Modifying Prawnstars
  |  First Published: May 2007

Garry Smith shares some modifications that make Prawnstars truly unbeatable.

I have been using Prawnstars ever since they arrived and have found them to be the best all-round tropical flicking lure available. They catch a huge variety of fish and are tougher than a cobia’s hide. I have never had one damaged to the point that it couldn’t be used again. There are some things about Prawnstars that I would rather change so I have made some simple alterations, which have worked very well in the tropics.

The first modification was to upgrade/upsize the hooks. They work fine straight out of the packet, but if you are like me and just love tinkering then the following may interest you.

I started by upgrading the VMC hooks by one size and this worked fine until I came across Owner trebles a few years ago. I am now a total convert. Any treble that is so sharp it nails you each time you let flesh touch hook gets my attention!

Another advantage that the super sharp Owners offer is their great construction, particularly how the gape lines up with the eye. Most other trebles are made so one of the hooks is at a right angle to the eye. I have found that this treble tends to get hung up on rocks and snags more often when used on Prawnstars.

When most hooks slide into the groove in the front of the lure, the treble has one point in the body of the lure (front or back) and one point protruding from each side. The two side trebles seem to snag more often and also aren’t as effective at hooking fish as the Owners.

Owner trebles on the other hand are made so one of the gapes lies parallel with the eye, creating a different offset. They sit in the front slot with all three points exposed, and don’t get fouled up as often and have a better hook-up rate on fish. The majority of fish are hooked on the front treble, so it makes a significant difference to how many fish make it from strike to capture.

I first realised this when fishing for tarpon and most anglers would agree that they are one of the most frustrating fish to land on lures. When I started using Owner trebles I immediately noticed that a far higher percentage of tarpon were making it to the boat. Their bony mouths and frantic aerial antics will most times dislodge trebles – that’s if you manage to hook them in first place!

I have tried 2x, 3x and 4x strong Owners on Prawnstars and have settled on 2x strong black chrome finish (Stinger trebles ST-41BC 2X). All of the others work but are a bit heavy, except for targeting large barra and fingermark on heavy braid. I have found the number 6 size to be the best for Prawnstar Juniors, though number 4 will do, especially for the front hook. The perfect set-up is a number 4 at the front and number 6 at the back. With Prawnstar Originals, number 2s front and back seems to work best. I haven’t been able to find an Owner small enough for the Shrimp.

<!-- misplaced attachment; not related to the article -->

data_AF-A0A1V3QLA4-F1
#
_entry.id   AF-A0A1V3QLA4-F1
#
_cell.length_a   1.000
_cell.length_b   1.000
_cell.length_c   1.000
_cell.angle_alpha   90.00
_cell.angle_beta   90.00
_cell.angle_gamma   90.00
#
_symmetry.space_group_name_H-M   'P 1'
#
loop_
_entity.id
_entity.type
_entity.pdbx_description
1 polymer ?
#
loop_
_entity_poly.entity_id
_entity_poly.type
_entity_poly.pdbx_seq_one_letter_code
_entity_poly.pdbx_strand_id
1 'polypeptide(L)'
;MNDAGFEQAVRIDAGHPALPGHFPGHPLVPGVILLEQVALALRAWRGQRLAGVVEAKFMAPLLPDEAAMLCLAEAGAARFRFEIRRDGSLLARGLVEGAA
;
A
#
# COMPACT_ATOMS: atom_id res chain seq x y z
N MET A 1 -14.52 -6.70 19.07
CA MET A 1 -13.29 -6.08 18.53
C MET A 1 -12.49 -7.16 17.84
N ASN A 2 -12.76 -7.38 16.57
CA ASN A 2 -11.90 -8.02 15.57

I was discussing this topic with some other anglers recently and came across some great ideas. Paul Signitzer from Primal Fishing (Prawnstar) has found that pre-rigging them with a made up loop is great for those who like to use a clip to change lures rapidly. He suggests keeping the leader length between the lure and loop short, “as longer loops will get caught up in rod guides and inhibit casting”. Paul also provided some great images of Prawnstars with loops, other size beads and Owner hooks fitted.

Since Prawnstar thinned down the back of the lure where it bends to create the flick, there has been a problem with the lure staying bent when the knot on the back treble catches in the eye of the front one. It’s not usually a problem out of the packet but tends to happen over time when you use the lure frequently. This used to happen occasionally with the original Prawnstars but seems to be more frequent with the new moulding, especially the Junior rather than the Original. I tried changing my knot but couldn’t come up with one that I was happy with.

QFM editor Stephen Booth suggested placing coloured beads on the leader between the two hooks. This would stop the hooks from bunching together when the front hook dislodges from the slot, but I have found it has multiple advantages.

The first advantage is that the front hook dislodges far less frequently. On a recent outing it did not dislodge (except when fish were hooked) in over three hours of luring. It also completely solved the problem of the Prawnstar staying doubled over. When using red or orange beads, the Prawnstars look even more lifelike, if that’s possible, with a more realistic looking belly cavity.

There are millions of beads available, so within hours of my conversation with Stephen I had sourced the biggest craft store in Cairns and was prowling the aisles in search of the perfect bead. I soon settled on an elongated bead, rather than having to string on a few round beads each time, eventually picking a pretty orange number.

Sure enough, I ran into one of my female colleagues, who was immediately into me about my presence in a craft shop. My defence that I was looking for beads for luring brought a wry chuckle. I’m sure to hear more about it at work!

With standard trebles, the front treble has one point in the middle of the Prawnstar, either to the front or the back, and one point protruding from each side.

Placing a bead on the leader between the two hooks results in the hook dislodging far less frequently. It completely stops the Prawnstar from staying doubled over and it makes the prawn look even more lifelike, if that’s possible.

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